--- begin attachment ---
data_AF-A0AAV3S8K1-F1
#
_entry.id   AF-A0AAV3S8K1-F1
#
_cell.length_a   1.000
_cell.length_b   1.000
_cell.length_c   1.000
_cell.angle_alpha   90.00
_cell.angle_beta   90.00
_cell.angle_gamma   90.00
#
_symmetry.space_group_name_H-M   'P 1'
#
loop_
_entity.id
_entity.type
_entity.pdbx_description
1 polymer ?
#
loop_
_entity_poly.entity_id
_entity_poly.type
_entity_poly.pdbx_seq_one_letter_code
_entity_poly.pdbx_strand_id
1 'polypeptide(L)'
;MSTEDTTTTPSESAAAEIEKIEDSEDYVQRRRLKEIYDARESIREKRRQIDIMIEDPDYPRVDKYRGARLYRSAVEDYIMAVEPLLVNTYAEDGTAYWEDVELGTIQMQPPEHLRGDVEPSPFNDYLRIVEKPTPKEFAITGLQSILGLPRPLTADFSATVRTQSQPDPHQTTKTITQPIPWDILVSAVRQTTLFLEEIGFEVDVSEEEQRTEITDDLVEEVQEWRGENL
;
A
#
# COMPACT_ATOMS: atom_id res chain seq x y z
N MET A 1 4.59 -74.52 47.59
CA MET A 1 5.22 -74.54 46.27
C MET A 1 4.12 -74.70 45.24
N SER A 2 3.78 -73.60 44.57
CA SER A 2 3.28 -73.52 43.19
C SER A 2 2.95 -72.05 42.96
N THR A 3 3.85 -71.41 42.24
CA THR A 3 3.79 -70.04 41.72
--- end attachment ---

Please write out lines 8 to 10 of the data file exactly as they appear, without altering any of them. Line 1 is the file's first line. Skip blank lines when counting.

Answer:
_cell.angle_alpha   90.00
_cell.angle_beta   90.00
_cell.angle_gamma   90.00